Just a bare few perennials but loads of native plants. We experimented this year with local milkweed plants and were rewarded with several chrysalis. Missed watching them hatch, but are glad to help them have a healthy start. Can’t wait to see if they return. If we see predator insects attack the chrysalis, we’re prepared to take them indoors for incubation. Those predators are needed elsewhere!

      If molehills seem bothersome, be glad they’re eating the pillbugs and grubs that attack your lawn. Gently tamp down anything that’ll compromise the mower (which should be set high, not scalping everything), or trip up anyone. The more diversified our lawn became, the less moles bothered it. Not sure if this is true for others, but it works here.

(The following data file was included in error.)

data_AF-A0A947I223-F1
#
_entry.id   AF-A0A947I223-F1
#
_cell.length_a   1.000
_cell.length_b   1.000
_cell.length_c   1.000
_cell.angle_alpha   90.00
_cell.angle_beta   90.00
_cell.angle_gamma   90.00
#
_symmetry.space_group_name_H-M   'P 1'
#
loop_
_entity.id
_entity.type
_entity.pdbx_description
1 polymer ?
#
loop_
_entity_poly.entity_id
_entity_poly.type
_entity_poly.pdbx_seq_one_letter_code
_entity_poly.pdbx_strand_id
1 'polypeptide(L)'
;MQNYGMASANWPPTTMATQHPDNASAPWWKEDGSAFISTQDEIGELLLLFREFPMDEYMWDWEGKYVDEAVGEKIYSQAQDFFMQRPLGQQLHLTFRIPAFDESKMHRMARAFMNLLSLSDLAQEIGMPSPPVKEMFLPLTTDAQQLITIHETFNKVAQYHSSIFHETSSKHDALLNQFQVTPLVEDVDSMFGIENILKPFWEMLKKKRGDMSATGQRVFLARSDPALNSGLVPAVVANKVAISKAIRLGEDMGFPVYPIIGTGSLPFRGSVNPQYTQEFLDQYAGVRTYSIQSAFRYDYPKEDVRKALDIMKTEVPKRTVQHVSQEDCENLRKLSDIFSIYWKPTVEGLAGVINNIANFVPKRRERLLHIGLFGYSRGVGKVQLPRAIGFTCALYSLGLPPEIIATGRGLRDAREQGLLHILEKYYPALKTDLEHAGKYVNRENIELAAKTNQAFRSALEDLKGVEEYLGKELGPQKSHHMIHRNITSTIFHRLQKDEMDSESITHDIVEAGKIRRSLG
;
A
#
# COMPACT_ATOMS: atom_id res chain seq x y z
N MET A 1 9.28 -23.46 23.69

Don’t be intimidated by tidy neighbor lawns. Lawns for everyone is a modern bane. In the past, only the wealthy could afford a trimmed lawn. That’s why in Europe, gardens abound. “Lawn”, in England, only refers to a patch of trimmed grass. Gardens can often be easier to maintain, “Yard”, in England, often refers to tamped dirt, paved areas; often fenced or enclosed. Tell your neighbors you refuse to maintain a “yard”!

      Help ease the increasing cost of food and the pressure it puts on compromised land. Food plants do very well among flowers and small shrubs; they can be trellised and trained to look lovely.

      I do wish chickens were allowed in my area, though Hubby is a glad they’re not – he’s a REAL country boy and I guess he knows what he’s talking about. If you can have them and can take care of them, I give you heartfelt blessings!

      As long as it’s not an eyesore, please try to diversify. The rewards are worth the effort! Remember – suburban civil disobedience! ?